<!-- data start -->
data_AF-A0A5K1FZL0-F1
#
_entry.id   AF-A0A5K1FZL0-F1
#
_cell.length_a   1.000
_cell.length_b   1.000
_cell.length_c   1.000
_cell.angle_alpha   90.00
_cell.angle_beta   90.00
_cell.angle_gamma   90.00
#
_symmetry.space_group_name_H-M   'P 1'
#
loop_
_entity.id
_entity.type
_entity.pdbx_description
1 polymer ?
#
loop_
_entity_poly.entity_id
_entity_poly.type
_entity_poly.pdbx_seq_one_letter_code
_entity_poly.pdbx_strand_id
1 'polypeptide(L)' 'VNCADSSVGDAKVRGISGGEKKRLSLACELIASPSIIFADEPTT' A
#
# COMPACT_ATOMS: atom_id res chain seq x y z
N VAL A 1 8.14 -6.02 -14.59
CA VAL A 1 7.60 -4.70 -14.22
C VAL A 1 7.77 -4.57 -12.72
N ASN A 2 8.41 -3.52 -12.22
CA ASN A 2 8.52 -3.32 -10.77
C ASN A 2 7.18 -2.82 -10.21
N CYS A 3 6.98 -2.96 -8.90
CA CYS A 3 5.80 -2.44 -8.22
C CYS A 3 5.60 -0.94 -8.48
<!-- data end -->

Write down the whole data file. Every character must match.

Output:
data_AF-A0A5K1FZL0-F1
#
_entry.id   AF-A0A5K1FZL0-F1
#
_cell.length_a   1.000
_cell.length_b   1.000
_cell.length_c   1.000
_cell.angle_alpha   90.00
_cell.angle_beta   90.00
_cell.angle_gamma   90.00
#
_symmetry.space_group_name_H-M   'P 1'
#
loop_
_entity.id
_entity.type
_entity.pdbx_description
1 polymer ?
#
loop_
_entity_poly.entity_id
_entity_poly.type
_entity_poly.pdbx_seq_one_letter_code
_entity_poly.pdbx_strand_id
1 'polypeptide(L)' 'VNCADSSVGDAKVRGISGGEKKRLSLACELIASPSIIFADEPTT' A
#
# COMPACT_ATOMS: atom_id res chain seq x y z
N VAL A 1 8.14 -6.02 -14.59
CA VAL A 1 7.60 -4.70 -14.22
C VAL A 1 7.77 -4.57 -12.72
N ASN A 2 8.41 -3.52 -12.22
CA ASN A 2 8.52 -3.32 -10.77
C ASN A 2 7.18 -2.82 -10.21
N CYS A 3 6.98 -2.96 -8.90
CA CYS A 3 5.80 -2.44 -8.22
C CYS A 3 5.60 -0.94 -8.48